It’s also a good idea to work recognition into your feedback cycle. Bersin research has found that although 80% of corporations have employee recognition programs, only 31% of their employees indicate that they feel valued for doing quality work.

Just doling out an attaboy every now and then is not effective; specific, genuine appreciation is what makes a difference. Feedback sessions are the perfect settings for this. Just remember to separate your praise from your constructive criticism, as the negatives will often overshadow the positives in your employee’s memory.

Improving Your Writing and Speech Skills

No matter how good your interpersonal skills are, if your facility with language is lacking, it can lead to a breakdown in communication. Thankfully, problems with clarity and articulation are easily fixed with attentive editing and practice. When preparing a message, remember the following tips:

  • Know your audience. Whether your message is written or verbal, formal or conversational, the most important factor to consider is your audience. Understanding your employees’ needs and the context of the situation will help you to focus. This will lead to shorter, more effective, and more meaningful meetings, emails, and interactions.
  • Be direct and simple. While it’s easy to get distracted with the specifics of grammar or formatting when you review your work, remember that the goal is clarity. Remove unnecessary words and avoid using jargon.
  • Rehearse formal presentations and prepare for informal conversations. You may already prepare in some way, but it might be worthwhile to rehearse them. Note that rehearsal doesn’t equate to memorization. Rather, a rehearsal will make you more familiar with the physical configuration of your presentation and with the progression of any visual aid you will be using. This will make you more comfortable come showtime.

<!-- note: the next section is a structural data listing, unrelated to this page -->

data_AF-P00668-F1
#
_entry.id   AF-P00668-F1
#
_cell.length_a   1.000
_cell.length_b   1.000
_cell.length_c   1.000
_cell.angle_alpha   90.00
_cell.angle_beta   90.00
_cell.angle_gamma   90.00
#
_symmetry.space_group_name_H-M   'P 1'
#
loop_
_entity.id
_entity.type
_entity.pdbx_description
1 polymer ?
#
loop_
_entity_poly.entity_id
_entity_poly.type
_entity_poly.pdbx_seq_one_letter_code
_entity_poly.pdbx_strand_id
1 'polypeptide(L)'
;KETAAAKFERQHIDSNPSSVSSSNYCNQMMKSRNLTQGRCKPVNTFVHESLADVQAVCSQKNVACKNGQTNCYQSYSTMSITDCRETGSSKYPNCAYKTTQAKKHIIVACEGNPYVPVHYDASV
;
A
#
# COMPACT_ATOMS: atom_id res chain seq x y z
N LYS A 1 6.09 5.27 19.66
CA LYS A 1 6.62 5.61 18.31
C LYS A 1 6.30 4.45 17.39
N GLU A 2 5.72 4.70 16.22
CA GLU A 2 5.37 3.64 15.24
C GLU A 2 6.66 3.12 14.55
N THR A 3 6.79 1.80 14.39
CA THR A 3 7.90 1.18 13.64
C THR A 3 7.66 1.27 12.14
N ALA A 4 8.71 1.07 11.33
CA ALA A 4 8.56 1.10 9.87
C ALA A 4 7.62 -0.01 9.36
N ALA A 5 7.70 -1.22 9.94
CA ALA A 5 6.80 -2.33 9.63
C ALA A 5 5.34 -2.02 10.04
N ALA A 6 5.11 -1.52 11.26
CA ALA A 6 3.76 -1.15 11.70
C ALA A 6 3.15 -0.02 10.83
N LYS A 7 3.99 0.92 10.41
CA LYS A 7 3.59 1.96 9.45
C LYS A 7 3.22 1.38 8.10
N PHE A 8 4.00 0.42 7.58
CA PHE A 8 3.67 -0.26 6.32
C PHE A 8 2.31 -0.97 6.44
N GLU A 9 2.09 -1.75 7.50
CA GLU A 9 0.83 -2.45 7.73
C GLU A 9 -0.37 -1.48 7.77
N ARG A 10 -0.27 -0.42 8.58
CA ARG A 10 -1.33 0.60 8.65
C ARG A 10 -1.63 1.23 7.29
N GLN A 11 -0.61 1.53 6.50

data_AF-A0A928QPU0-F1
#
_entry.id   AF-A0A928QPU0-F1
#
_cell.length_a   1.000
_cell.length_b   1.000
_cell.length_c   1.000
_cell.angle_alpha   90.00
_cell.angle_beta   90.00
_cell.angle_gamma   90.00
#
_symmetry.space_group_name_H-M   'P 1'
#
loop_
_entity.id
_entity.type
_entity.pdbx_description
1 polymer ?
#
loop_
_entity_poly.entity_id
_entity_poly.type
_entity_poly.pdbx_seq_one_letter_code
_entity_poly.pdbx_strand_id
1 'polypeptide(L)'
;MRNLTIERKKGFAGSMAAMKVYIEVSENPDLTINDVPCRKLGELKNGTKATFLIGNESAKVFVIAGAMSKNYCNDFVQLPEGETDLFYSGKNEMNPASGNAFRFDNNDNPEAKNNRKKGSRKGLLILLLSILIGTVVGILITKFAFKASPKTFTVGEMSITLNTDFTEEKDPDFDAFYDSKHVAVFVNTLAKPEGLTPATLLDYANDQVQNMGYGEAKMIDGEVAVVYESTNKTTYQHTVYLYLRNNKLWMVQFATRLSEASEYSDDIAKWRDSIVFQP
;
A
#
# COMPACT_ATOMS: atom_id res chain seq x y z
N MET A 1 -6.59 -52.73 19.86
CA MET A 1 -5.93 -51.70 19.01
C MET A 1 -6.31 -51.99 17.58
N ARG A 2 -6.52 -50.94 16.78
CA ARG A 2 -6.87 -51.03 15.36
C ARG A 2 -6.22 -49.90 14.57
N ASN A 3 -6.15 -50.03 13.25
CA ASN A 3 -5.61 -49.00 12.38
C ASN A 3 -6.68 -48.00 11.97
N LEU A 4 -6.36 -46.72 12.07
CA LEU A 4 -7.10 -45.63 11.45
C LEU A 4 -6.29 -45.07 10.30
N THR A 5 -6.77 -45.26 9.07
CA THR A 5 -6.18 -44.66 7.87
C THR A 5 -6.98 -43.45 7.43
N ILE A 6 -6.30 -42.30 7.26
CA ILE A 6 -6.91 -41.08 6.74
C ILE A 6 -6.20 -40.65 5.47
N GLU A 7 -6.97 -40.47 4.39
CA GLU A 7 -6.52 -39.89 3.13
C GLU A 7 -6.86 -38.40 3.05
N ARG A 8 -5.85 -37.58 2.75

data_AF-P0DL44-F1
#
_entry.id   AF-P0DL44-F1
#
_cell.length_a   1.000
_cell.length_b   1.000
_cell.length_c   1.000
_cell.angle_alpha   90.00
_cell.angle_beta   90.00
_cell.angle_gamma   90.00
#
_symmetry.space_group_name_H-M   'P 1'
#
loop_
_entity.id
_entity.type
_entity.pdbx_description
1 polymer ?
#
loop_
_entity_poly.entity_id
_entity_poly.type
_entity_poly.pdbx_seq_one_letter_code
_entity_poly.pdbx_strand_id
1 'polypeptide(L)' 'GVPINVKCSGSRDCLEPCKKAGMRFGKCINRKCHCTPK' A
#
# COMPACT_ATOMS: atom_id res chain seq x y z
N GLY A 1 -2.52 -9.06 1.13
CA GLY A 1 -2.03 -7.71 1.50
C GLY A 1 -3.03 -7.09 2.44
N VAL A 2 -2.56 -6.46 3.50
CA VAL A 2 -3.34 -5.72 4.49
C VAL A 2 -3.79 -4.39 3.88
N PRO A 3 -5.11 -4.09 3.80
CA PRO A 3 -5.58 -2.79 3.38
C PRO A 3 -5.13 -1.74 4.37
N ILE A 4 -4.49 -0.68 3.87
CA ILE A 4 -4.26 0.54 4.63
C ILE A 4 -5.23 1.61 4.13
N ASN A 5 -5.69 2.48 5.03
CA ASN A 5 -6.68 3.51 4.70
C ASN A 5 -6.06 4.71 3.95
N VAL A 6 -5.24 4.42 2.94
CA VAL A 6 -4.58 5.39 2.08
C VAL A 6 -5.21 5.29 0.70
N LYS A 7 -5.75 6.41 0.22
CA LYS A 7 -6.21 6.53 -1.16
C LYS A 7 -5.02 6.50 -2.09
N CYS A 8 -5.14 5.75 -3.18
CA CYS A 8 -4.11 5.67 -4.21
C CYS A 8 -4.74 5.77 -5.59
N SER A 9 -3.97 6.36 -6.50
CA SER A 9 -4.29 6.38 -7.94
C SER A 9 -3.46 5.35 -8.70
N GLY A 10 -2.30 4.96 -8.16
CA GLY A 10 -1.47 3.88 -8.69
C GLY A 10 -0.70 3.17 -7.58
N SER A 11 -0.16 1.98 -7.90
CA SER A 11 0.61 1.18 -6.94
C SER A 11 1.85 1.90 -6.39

Preparing in advance for informal conversations can help you to be more present in the moment. Rehearsal isn’t necessary, but you can decide on talking points in advance.

Embracing New Technology

Finally, it’s important to adjust your medium of communication when appropriate. As technology changes, so does everyday communication. Email and traditional file storage systems are being outpaced by a new generation of platforms that bring many different types of digital communication together into one place.

At first, such collaboration technology didn’t affect the way most people approached communication in the workplace, but as more jobs become mobile and a younger generation begins working, that is no longer the case.

Embracing technology keeps you connected, and increases your productivity. A McKinsey Global Institute study found that high-skill knowledge workers spend an average of 19% of their work week searching for and gathering information, and the benefits of collaborative technology are underscored: less wasted time, a more thorough concentration of information, and more effective internal communication.

Bringing It All Together

Effective communication starts with relationship. Honing your listening skills and establishing a positive feedback cycle will go a long way toward improving your district’s day-to-day interactions. When coupled with methods that emphasize clarity and efficiency, these skills can make your team unstoppable.